Skip to content
June 30, 2022 / Joanne Yeck

The Maxey Family of Buckingham County, Part III

Courtesy Library of Virginia.

Need to catch up? Click here: The Maxey Family of Buckingham County, Part I

In 1937, Elizabeth McCraw surveyed “Aspen Grove” for the Virginia Historical Inventory, the Maxey-built house which dated back to the 18th century.  She described the structure’s historical significance as follows:

The first owner of this property was Edward Maxey and it is believed by his descendants that he had this house built about 1790.

There was in the family a Royal Land Grant, but this was destroyed when a family house near was burned some years ago. The present owner of “Aspen Grove”, a maiden lady of 82 years says she remember seeing the old document often, it was written on blue paper and had seven seals.

The place has always been in the Maxey family. John A. Maxey was the last of the male line to own the place. He was a soldier in the Confederate Army. As he was a splendid nurse he was assigned hospital duty. He handed down the story to his children, that he had only two kinds of medicine to give. That he would ask soldiers if they would take “these pills or those pills”.

John A. Maxey came in the possession of the place when he married in 1853 and lived here until his death in 1918. The place is now owned by his two daughters, Misses Lois and Mollie V. Maxey. The latter is 82 years old and has been totally blind for forty years.

The family graveyard is near but there are no tombstones.

I believe that the fire mentioned by Mrs. McCraw was the burning of Robert M. Agee’s house in 1907. His wife was Nannie Lee Maxey (1860-1942), who may have had the land grant in her possession. More to come about this tragic fire at the end of this series.

Coming next: The Maxey Family of Buckingham County, Part IV


Leave a Comment
  1. Joanne Yeck / Jul 1 2022 7:12 am


    Many thanks for posting Edward Maxey’s will and the details about your Duncan family. Here’s hoping you find more about how the two families might be connected!


  2. Dave Duncan / Jun 30 2022 10:43 am

    Thank you, Joanne, for all of your work! I read every one of your posts… looking for tidbits of information that may tie into our family history at some point. My ancestor, John Duncan, was born abt. 1730 in Scotland and came to Virginia as a young lad. We believe he came with his father (John) and at least one brother (George) as indentured servants (working for payment of passage to America.) We do not know much about John’s early life, but I do have this record and have often wondered if this could be our John and if this Edward Maxey could be the man that paid for my ancestor’s passage to America:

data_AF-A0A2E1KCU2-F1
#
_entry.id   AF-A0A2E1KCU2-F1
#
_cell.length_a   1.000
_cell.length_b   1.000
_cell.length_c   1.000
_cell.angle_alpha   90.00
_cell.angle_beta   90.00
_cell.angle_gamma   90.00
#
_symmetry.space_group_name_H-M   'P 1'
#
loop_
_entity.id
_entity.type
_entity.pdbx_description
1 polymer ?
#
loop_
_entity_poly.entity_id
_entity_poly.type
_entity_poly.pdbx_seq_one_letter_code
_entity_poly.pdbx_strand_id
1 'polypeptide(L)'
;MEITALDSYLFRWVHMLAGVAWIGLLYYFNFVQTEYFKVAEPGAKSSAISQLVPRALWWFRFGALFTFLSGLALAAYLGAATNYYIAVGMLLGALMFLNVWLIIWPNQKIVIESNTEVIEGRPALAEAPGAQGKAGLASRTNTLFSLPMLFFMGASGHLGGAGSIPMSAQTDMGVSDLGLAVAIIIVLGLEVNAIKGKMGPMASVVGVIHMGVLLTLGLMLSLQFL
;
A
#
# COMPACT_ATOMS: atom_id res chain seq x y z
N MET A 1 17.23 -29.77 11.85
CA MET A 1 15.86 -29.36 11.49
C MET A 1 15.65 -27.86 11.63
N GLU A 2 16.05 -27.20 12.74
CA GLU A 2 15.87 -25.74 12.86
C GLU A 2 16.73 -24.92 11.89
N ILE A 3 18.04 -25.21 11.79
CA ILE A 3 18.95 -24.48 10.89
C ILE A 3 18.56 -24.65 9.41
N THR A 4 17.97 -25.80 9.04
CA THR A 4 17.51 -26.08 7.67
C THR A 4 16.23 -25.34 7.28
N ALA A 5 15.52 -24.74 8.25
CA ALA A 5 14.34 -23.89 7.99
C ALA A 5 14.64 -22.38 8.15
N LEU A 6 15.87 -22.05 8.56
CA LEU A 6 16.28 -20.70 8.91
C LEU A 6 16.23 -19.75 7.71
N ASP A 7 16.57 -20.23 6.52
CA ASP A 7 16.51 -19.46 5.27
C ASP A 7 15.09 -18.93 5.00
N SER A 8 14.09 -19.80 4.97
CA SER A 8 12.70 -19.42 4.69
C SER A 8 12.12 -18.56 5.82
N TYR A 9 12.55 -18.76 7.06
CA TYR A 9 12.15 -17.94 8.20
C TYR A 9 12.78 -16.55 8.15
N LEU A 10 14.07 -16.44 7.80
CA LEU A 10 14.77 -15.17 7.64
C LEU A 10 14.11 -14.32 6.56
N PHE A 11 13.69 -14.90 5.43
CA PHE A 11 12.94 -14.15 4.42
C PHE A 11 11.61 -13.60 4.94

p. 298, Will of Edward Maxey of Goochland Co.
    To son John, land on north branch of Jones Creek for life, and then to his two sons Samson and Edward Maxey, the sons of said John Maxey and Sarah his wife, equally.
    To son William, the remainder of the tract joining William Lansdon and John Smith.
    To wife Susannah, land I live on for life, and then to my two sons Walter and Silvanus, Walter to have that part joining John Radford’s line, which was William Barnes’s.
    To son Nathaniel, items
    To granddaughter Susannah Radford, items
    To John Dunkin, a young mare when he comes of age
    All rest to wife, and she and son William to be executors
    Dated 18 April 1737
    Wit: John Capper, Henry Byrom, John (X) Mossom
    Signed: Edward Maxey
    Recorded 20 May 1740

    (Source: Goochland County, Virginia – Wills and Deeds, 1736 – 1742; Benjamin B. Weisiger, III, 1984)

    To be listed in the will of this Edward Maxey would seem to indicate a close bond with this family, which may have developed out of the indentured relationship. John Duncan’s brother George ended up in Fluvanna Co. and John ended up raising his family Amherst Co. We have strong family ties to both Amherst and Buckingham counties.

    Don’t know if I will ever learn whether or not it is our John Duncan listed in the will of this Edward Maxey but… who knows!

    Thanks again for the post!


Leave a Reply

Fill in your details below or click an icon to log in: Logo

You are commenting using your account. Log Out /  Change )

Twitter picture

You are commenting using your Twitter account. Log Out /  Change )

Facebook photo

You are commenting using your Facebook account. Log Out /  Change )

Connecting to %s

This site uses Akismet to reduce spam. Learn how your comment data is processed.

%d bloggers like this: